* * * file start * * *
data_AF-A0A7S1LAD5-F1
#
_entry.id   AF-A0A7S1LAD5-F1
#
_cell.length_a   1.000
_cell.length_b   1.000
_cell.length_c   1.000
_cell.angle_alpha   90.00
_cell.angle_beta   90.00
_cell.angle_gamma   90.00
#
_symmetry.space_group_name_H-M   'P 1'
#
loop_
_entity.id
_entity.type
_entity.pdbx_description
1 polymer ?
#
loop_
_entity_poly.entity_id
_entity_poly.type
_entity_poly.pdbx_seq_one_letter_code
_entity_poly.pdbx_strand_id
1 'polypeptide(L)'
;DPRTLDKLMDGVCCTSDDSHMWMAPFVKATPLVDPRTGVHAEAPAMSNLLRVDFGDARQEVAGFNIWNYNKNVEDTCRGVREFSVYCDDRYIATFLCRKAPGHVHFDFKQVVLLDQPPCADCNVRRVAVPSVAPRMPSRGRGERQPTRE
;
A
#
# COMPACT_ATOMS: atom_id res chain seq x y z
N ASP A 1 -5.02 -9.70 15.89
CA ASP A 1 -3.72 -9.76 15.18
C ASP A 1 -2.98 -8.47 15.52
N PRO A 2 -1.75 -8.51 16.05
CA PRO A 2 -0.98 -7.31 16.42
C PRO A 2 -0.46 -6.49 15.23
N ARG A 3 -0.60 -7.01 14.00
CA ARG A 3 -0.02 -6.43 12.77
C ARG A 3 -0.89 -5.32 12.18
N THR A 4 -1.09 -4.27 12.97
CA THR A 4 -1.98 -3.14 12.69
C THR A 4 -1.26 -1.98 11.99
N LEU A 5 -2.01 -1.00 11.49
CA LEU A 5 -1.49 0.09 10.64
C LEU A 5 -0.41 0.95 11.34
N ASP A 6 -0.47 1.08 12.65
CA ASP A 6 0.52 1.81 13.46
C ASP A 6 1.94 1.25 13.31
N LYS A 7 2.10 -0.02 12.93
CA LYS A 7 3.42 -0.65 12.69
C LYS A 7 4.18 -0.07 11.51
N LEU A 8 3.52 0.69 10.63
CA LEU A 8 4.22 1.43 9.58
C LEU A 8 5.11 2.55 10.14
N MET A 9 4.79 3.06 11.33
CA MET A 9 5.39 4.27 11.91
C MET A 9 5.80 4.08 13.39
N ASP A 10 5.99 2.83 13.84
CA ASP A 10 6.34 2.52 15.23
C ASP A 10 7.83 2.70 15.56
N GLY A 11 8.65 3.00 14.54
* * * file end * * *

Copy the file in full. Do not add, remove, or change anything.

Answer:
data_AF-A0A7S1LAD5-F1
#
_entry.id   AF-A0A7S1LAD5-F1
#
_cell.length_a   1.000
_cell.length_b   1.000
_cell.length_c   1.000
_cell.angle_alpha   90.00
_cell.angle_beta   90.00
_cell.angle_gamma   90.00
#
_symmetry.space_group_name_H-M   'P 1'
#
loop_
_entity.id
_entity.type
_entity.pdbx_description
1 polymer ?
#
loop_
_entity_poly.entity_id
_entity_poly.type
_entity_poly.pdbx_seq_one_letter_code
_entity_poly.pdbx_strand_id
1 'polypeptide(L)'
;DPRTLDKLMDGVCCTSDDSHMWMAPFVKATPLVDPRTGVHAEAPAMSNLLRVDFGDARQEVAGFNIWNYNKNVEDTCRGVREFSVYCDDRYIATFLCRKAPGHVHFDFKQVVLLDQPPCADCNVRRVAVPSVAPRMPSRGRGERQPTRE
;
A
#
# COMPACT_ATOMS: atom_id res chain seq x y z
N ASP A 1 -5.02 -9.70 15.89
CA ASP A 1 -3.72 -9.76 15.18
C ASP A 1 -2.98 -8.47 15.52
N PRO A 2 -1.75 -8.51 16.05
CA PRO A 2 -0.98 -7.31 16.42
C PRO A 2 -0.46 -6.49 15.23
N ARG A 3 -0.60 -7.01 14.00
CA ARG A 3 -0.02 -6.43 12.77
C ARG A 3 -0.89 -5.32 12.18
N THR A 4 -1.09 -4.27 12.97
CA THR A 4 -1.98 -3.14 12.69
C THR A 4 -1.26 -1.98 11.99
N LEU A 5 -2.01 -1.00 11.49
CA LEU A 5 -1.49 0.09 10.64
C LEU A 5 -0.41 0.95 11.34
N ASP A 6 -0.47 1.08 12.65
CA ASP A 6 0.52 1.81 13.46
C ASP A 6 1.94 1.25 13.31
N LYS A 7 2.10 -0.02 12.93
CA LYS A 7 3.42 -0.65 12.69
C LYS A 7 4.18 -0.07 11.51
N LEU A 8 3.52 0.69 10.63
CA LEU A 8 4.22 1.43 9.58
C LEU A 8 5.11 2.55 10.14
N MET A 9 4.79 3.06 11.33
CA MET A 9 5.39 4.27 11.91
C MET A 9 5.80 4.08 13.39
N ASP A 10 5.99 2.83 13.84
CA ASP A 10 6.34 2.52 15.23
C ASP A 10 7.83 2.70 15.56
N GLY A 11 8.65 3.00 14.54